Like Jerome Rosner, Rudolf Steiner’s approach to instruction and curriculum design emphasizes a broader education for children that reaches basic neurosensory needs, in addition to other physical, emotional, and spiritual needs. These needs exist irrespective of the child’s social or economic background, religion, or culture. Steiner saw the schools as a centre for development of self-aware and community-oriented children, and that this would ultimately lead to a stronger society.
When an otherwise healthy child struggles in school, it is almost certainly more a problem of instruction than of a ‘learning disability’. Schools emphasize technology and reading from a very early age and have largely forgotten the importance of a strong developmental foundation and structured ‘play’. Curriculum design needs to adapt to the child’s needs in order to ensure success; the child should not be expected to adapt to the classroom or traditional text-based instructional methods.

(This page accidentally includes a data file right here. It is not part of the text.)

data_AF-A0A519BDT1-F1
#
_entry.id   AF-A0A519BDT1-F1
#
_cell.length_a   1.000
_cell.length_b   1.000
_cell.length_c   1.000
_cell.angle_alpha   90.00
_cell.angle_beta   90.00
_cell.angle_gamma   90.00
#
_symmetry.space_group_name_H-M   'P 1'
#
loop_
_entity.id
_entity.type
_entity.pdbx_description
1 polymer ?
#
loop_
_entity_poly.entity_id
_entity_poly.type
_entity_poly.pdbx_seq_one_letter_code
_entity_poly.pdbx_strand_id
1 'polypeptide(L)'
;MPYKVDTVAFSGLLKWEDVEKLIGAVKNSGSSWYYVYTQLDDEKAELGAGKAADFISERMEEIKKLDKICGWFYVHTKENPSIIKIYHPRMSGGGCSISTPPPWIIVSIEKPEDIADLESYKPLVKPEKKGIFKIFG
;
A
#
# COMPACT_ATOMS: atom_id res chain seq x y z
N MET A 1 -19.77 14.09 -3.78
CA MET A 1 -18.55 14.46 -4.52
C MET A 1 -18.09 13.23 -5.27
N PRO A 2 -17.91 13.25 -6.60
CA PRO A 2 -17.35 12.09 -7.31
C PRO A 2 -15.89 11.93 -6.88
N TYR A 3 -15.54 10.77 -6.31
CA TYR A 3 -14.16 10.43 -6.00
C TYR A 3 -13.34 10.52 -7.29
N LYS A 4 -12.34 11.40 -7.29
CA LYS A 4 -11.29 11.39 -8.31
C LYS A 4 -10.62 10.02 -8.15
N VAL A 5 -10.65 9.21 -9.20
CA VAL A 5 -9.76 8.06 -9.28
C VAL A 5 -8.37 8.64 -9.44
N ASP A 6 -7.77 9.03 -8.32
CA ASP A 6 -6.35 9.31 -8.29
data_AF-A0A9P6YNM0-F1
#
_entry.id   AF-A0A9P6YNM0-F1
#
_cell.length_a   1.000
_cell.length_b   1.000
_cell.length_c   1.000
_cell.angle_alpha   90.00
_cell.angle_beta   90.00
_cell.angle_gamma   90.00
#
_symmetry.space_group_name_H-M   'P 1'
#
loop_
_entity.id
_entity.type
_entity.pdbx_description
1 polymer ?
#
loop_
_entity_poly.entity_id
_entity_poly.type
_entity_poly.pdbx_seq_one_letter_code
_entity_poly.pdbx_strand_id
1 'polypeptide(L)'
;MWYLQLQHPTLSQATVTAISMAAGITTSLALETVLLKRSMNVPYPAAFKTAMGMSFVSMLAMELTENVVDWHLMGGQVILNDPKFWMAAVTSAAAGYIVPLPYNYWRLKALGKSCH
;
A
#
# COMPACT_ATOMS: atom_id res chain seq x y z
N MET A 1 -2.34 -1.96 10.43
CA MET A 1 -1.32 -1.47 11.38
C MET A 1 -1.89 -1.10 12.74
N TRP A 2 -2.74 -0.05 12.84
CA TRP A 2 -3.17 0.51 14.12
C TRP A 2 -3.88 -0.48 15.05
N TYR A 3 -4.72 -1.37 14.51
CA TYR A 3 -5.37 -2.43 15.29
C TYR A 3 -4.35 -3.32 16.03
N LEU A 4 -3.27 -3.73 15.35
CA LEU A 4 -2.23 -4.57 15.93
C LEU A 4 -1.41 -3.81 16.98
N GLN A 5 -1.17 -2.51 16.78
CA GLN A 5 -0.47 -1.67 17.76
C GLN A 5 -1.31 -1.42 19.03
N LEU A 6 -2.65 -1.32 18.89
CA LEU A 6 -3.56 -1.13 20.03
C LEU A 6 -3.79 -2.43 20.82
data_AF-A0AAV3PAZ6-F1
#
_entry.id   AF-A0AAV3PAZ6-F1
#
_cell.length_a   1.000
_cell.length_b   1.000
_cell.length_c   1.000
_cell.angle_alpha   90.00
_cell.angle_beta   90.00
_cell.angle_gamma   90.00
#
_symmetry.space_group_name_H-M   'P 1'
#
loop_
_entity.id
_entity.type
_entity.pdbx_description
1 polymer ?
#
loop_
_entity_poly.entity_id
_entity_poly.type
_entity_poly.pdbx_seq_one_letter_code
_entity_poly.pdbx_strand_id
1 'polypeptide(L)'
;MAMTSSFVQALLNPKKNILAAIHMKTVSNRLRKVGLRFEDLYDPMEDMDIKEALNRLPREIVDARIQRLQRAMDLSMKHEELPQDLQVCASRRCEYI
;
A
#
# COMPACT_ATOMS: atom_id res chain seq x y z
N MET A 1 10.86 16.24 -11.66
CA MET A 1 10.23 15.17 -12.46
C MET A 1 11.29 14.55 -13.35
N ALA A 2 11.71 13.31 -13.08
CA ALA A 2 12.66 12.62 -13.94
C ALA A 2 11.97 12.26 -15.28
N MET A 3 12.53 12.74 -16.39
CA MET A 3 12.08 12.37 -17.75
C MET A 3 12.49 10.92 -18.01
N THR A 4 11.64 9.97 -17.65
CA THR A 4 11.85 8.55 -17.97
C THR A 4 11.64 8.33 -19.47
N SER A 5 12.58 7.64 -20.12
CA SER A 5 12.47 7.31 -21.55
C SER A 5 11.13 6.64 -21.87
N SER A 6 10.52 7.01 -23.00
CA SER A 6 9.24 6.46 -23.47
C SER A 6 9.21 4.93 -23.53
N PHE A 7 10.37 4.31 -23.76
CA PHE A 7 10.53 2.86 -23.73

Attached is ‘The Child’s Changing Consciousness As The Basis For Pedagogical Practice’, an 8 lecture series given by Steiner. While many of the references are dated, the lectures provide a fair appreciation of foundation of the Waldorf schools, which are oriented to the ‘whole’ child, and not just the academic concerns.
Download: A child’s_Changing_Consciousness
Read about one Waldorf school that is appreciated by a very tech-savvy clientele: http://www.nytimes.com/2011/10/23/technology/at-waldorf-school-in-silicon-valley-technology-can-wait.html?_r=2&hp